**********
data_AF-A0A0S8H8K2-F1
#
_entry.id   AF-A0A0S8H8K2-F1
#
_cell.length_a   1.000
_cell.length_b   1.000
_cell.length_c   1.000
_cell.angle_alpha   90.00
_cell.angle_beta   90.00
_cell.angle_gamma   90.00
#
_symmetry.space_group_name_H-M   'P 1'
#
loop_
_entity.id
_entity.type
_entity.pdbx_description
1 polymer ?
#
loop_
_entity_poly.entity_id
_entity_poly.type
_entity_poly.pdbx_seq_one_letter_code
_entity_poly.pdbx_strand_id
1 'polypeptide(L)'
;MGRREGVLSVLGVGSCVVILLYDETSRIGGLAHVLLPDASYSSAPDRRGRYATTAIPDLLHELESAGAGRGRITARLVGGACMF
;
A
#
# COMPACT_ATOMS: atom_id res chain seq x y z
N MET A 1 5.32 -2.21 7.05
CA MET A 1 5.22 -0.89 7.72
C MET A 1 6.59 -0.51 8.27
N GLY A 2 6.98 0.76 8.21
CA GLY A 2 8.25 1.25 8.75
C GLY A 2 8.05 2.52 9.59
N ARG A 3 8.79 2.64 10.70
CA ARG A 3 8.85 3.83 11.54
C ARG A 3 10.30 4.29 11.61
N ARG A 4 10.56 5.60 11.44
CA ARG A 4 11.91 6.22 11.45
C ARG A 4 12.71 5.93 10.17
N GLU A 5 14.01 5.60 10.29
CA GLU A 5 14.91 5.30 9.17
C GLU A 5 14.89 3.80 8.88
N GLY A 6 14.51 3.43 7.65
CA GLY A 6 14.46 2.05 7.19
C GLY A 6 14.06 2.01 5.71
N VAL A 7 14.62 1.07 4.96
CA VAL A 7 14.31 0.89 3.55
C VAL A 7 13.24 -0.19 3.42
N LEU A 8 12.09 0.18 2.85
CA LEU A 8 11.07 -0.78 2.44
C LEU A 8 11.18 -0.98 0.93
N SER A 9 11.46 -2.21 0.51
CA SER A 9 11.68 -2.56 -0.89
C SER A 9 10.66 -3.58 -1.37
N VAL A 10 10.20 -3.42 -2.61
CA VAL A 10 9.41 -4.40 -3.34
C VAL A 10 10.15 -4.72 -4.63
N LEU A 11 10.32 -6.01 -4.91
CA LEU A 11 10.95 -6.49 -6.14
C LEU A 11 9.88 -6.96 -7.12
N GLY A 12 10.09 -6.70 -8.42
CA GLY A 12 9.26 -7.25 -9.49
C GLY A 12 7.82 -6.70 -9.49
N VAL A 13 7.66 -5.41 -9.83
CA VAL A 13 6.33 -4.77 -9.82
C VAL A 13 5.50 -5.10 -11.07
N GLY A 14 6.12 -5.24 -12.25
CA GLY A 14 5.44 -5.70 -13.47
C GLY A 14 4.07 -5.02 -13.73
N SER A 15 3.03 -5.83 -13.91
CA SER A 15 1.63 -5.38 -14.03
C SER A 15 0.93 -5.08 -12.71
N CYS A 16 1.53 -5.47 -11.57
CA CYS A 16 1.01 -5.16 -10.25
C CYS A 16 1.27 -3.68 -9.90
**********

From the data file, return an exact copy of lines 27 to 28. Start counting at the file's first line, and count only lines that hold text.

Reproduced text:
;
A